Whilst most manufacturers remain focussed on using aesthetically tuned materials for visual prototyping, Bowman AP will join a select group of companies in the UK able to offer this engineering material for the production of functional parts.

Bowman AP will also act as a sub-contracting service for manufacturers that want to produce custom parts and tooling moulds.

3D printed bearings

Additive manufacturing is also high on fellow bearing manufacturer, Schaeffler’s, development roadmap. It has recently signed a cooperation agreement with machine tool company DMG MORI, to develop additive manufacturing processes for rolling bearing components.

The goal is to develop laser metal deposition welding, an additive manufacturing technology that can be used for the flexible prototype of rolling bearing components and small batch sizes.

The focus is on process issues as well as material application. In laser metal deposition welding a material, in this case metal powder, is simultaneously melted and applied to the surface by a high-performance laser. This additive manufacturing process can be combined with conventional five-axis machining in the hybrid facilities developed by DMG MORI. The result is a 3D printer that can post-process a part all in a single build envelope – allowing the collaboration of both subtractive and additive operations. Operators of machine tools in particular will benefit from the partnership.

The future

The two companies are focussing on different bearings so far, but Bowman sees the potential for expanding as time goes on.

“Within the split bearing market [this process] should become fairly standard,” says Turner. “We’ve got parts that are already in the late stage of design and some are going through the process of being patented that will be coming shortly.

“It’s never going to replace the billions and billions of cheap ball bearings that you can buy, but it is a very large market.”

The biggest advantage for bearing manufacturers is in the flexibility additive manufacturing affords. Rather than starting from scratch and having to build expensive tooling for each product, 3D printing is allowing a multitude of specifications as far as the shape and design is concerned, to be produced in almost any quantity without a huge cost penalty.

Products can be designed that would never have been viable to produce previously because the market is too small to produce them economically. However, there is huge potential for producing small batches of parts, which Schaeffler and Bowman are only just beginning to look in to.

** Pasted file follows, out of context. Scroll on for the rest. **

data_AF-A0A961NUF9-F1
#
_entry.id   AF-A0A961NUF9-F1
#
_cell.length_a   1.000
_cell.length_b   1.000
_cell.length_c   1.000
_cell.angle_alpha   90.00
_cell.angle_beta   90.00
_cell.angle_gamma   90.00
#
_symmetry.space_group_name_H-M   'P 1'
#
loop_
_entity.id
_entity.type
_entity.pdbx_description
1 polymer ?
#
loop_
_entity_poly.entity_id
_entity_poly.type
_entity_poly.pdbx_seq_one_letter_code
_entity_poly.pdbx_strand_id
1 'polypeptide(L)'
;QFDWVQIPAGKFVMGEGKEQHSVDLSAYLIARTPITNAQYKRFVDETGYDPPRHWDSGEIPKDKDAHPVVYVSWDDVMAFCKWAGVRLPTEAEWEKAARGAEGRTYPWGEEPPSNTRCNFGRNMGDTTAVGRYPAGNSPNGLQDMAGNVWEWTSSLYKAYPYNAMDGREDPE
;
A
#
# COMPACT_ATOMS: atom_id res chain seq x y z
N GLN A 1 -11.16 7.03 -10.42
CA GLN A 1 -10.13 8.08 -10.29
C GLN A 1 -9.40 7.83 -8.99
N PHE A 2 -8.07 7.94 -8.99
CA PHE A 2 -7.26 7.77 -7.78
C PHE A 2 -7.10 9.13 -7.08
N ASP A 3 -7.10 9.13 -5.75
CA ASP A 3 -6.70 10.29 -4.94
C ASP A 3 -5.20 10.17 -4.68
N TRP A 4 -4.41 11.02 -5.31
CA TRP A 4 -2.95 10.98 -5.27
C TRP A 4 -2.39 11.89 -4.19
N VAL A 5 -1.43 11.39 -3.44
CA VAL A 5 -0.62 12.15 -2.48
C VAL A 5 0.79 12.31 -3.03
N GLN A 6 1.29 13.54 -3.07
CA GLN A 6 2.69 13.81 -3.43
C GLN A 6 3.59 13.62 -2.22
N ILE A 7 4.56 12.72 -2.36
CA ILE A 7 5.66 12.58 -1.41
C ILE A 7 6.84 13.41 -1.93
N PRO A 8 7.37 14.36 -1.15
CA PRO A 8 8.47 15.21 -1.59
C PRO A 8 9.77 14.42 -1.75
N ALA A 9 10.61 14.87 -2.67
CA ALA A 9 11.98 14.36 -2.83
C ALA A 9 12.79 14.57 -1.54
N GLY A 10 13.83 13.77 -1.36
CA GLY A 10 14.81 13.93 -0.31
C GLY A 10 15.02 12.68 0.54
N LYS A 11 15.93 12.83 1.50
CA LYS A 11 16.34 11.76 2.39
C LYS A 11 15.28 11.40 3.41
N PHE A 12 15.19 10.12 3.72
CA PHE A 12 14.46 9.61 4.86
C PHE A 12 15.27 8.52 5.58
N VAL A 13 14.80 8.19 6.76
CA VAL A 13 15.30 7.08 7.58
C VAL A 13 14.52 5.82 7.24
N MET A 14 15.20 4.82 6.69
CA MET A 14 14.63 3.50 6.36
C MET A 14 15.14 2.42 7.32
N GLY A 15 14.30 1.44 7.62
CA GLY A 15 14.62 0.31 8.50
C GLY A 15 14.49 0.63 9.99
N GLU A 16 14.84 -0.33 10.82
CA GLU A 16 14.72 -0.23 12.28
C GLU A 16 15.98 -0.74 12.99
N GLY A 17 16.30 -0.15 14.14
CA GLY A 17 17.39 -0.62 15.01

Beamline business Boost

West Sussex motion specialists Heason Technology has won a number of high profile motion control projects from leading synchrotrons in Europe and the US. Successful systems installed at beamline sites include Diamond Light Source, Rutherford Appleton Laboratory and Brookhaven National Laboratory in the US.

Applications normally involve custom engineered high precision positioning tables and motion controls for mounting and manipulating samples under study as well as slits for beam collimation and micro-positioners for aligning focussing mirrors.

As the beamlines operate in vacuum conditions and some positioning systems are held in vacuum chambers, many applications involve ultra-high vacuum (UHV) compatibility. Further requirements characteristic of such applications are the exclusive use of non-ferromagnetic materials that do not influence subtle instrument measurements. Rigorous temperature and pressure cycles can also be involved with temperature regulation also critical to maintain the sub-micron, and in some cases, nanometre levels of precision demanded.

With its own in-house motion systems design and mechatronic system integration capability, Heason Technology brings these specialised components together for turn-key multi-axis positioner projects, showing the UK’s growing ability to deliver world beating scientific motion control systems that are difficult to design and produce elsewhere.

Components specific to these demanding applications include piezo-ceramic direct drive linear and rotary motor systems, vacuum compatible optical encoders, vacuum compatible stepper motors, ceramic bearings and all-stainless cross roller bearings with low magnetic permeability.

A 2m travel single axis linear stage with a ceramic motor drive that positions to 50nm resolution through a linear encoder with speeds to 80mm/s is used in a cryogenically cooled vacuum chamber. A 5-axis UHV compatible motion system has sub-micron resolution for precise X, Y linear and pitch, yaw and roll positioning of a 120kg load – with a sophisticated motion control system that includes kinematic transformation for its rotary axes. A 14-axis linear and rotary UHV compatible and low magnetic positioning system positions samples and optics in a 550mm diameter vacuum chamber with optical encoder closed loop feedback with resolution to below 50nm.

Heason Technology is also at the forefront for the design of specialist slit packages that are used to control the physical width of the beam and its angular spread enabling research scientists to ‘tune’ the beam to achieve the optimal frequency required for the materials being examined on the synchrotron instrument.

These collimators are typically 4-axis ceramic motor driven linear blades with sub-micron resolution supported in ceramic bearings housed in aluminium frames.